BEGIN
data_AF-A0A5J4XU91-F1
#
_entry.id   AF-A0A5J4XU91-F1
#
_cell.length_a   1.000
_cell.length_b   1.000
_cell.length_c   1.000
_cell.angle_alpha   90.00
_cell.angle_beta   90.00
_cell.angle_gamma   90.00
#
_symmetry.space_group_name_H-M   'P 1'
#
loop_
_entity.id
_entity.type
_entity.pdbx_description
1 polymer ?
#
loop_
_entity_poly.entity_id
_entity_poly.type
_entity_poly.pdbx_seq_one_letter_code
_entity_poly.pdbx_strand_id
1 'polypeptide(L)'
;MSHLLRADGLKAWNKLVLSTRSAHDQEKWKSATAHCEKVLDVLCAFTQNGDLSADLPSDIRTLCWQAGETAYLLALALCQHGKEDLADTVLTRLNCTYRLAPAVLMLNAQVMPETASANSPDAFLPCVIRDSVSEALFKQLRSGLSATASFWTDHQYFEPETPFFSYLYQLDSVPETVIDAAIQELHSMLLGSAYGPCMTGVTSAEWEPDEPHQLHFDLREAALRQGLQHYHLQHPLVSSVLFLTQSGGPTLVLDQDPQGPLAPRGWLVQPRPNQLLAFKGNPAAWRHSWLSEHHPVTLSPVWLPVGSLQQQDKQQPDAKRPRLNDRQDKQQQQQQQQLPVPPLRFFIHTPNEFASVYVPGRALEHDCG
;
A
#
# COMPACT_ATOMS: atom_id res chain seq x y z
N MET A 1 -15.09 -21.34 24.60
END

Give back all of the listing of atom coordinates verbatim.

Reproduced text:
data_AF-A0A5J4XU91-F1
#
_entry.id   AF-A0A5J4XU91-F1
#
_cell.length_a   1.000
_cell.length_b   1.000
_cell.length_c   1.000
_cell.angle_alpha   90.00
_cell.angle_beta   90.00
_cell.angle_gamma   90.00
#
_symmetry.space_group_name_H-M   'P 1'
#
loop_
_entity.id
_entity.type
_entity.pdbx_description
1 polymer ?
#
loop_
_entity_poly.entity_id
_entity_poly.type
_entity_poly.pdbx_seq_one_letter_code
_entity_poly.pdbx_strand_id
1 'polypeptide(L)'
;MSHLLRADGLKAWNKLVLSTRSAHDQEKWKSATAHCEKVLDVLCAFTQNGDLSADLPSDIRTLCWQAGETAYLLALALCQHGKEDLADTVLTRLNCTYRLAPAVLMLNAQVMPETASANSPDAFLPCVIRDSVSEALFKQLRSGLSATASFWTDHQYFEPETPFFSYLYQLDSVPETVIDAAIQELHSMLLGSAYGPCMTGVTSAEWEPDEPHQLHFDLREAALRQGLQHYHLQHPLVSSVLFLTQSGGPTLVLDQDPQGPLAPRGWLVQPRPNQLLAFKGNPAAWRHSWLSEHHPVTLSPVWLPVGSLQQQDKQQPDAKRPRLNDRQDKQQQQQQQQLPVPPLRFFIHTPNEFASVYVPGRALEHDCG
;
A
#
# COMPACT_ATOMS: atom_id res chain seq x y z
N MET A 1 -15.09 -21.34 24.60